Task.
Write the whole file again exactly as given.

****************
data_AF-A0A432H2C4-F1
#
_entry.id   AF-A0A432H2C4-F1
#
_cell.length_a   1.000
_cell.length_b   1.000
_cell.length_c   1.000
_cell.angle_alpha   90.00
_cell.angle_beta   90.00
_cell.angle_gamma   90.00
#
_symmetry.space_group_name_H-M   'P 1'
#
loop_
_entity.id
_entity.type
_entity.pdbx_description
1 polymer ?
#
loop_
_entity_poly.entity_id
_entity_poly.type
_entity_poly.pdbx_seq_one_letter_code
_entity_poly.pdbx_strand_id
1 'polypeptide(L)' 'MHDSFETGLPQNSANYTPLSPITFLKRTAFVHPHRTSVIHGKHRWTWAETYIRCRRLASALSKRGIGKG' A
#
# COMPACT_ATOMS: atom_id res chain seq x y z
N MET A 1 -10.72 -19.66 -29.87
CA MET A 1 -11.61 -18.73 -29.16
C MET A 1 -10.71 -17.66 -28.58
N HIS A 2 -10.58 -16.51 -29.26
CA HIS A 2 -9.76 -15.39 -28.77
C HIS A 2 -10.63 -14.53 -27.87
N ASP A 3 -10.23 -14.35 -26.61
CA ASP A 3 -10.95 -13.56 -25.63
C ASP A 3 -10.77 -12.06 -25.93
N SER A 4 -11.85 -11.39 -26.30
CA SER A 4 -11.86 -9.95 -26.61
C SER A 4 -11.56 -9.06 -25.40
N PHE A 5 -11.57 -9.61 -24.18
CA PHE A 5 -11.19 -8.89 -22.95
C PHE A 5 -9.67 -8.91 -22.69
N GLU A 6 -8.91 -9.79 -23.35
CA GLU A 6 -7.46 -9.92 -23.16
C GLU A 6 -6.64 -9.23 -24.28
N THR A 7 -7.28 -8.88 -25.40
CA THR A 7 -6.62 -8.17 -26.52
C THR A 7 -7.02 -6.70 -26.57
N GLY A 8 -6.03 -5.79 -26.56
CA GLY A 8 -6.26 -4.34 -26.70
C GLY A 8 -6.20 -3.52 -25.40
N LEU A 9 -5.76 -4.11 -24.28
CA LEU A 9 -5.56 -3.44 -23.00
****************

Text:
data_AF-A0A432H2C4-F1
#
_entry.id   AF-A0A432H2C4-F1
#
_cell.length_a   1.000
_cell.length_b   1.000
_cell.length_c   1.000
_cell.angle_alpha   90.00
_cell.angle_beta   90.00
_cell.angle_gamma   90.00
#
_symmetry.space_group_name_H-M   'P 1'
#
loop_
_entity.id
_entity.type
_entity.pdbx_description
1 polymer ?
#
loop_
_entity_poly.entity_id
_entity_poly.type
_entity_poly.pdbx_seq_one_letter_code
_entity_poly.pdbx_strand_id
1 'polypeptide(L)' 'MHDSFETGLPQNSANYTPLSPITFLKRTAFVHPHRTSVIHGKHRWTWAETYIRCRRLASALSKRGIGKG' A
#
# COMPACT_ATOMS: atom_id res chain seq x y z
N MET A 1 -10.72 -19.66 -29.87
CA MET A 1 -11.61 -18.73 -29.16
C MET A 1 -10.71 -17.66 -28.58
N HIS A 2 -10.58 -16.51 -29.26
CA HIS A 2 -9.76 -15.39 -28.77
C HIS A 2 -10.63 -14.53 -27.87
N ASP A 3 -10.23 -14.35 -26.61
CA ASP A 3 -10.95 -13.56 -25.63
C ASP A 3 -10.77 -12.06 -25.93
N SER A 4 -11.85 -11.39 -26.30
CA SER A 4 -11.86 -9.95 -26.61
C SER A 4 -11.56 -9.06 -25.40
N PHE A 5 -11.57 -9.61 -24.18
CA PHE A 5 -11.19 -8.89 -22.95
C PHE A 5 -9.67 -8.91 -22.69
N GLU A 6 -8.91 -9.79 -23.35
CA GLU A 6 -7.46 -9.92 -23.16
C GLU A 6 -6.64 -9.23 -24.28
N THR A 7 -7.28 -8.88 -25.40
CA THR A 7 -6.62 -8.17 -26.52
C THR A 7 -7.02 -6.70 -26.57
N GLY A 8 -6.03 -5.79 -26.56
CA GLY A 8 -6.26 -4.34 -26.70
C GLY A 8 -6.20 -3.52 -25.40
N LEU A 9 -5.76 -4.11 -24.28
CA LEU A 9 -5.56 -3.44 -23.00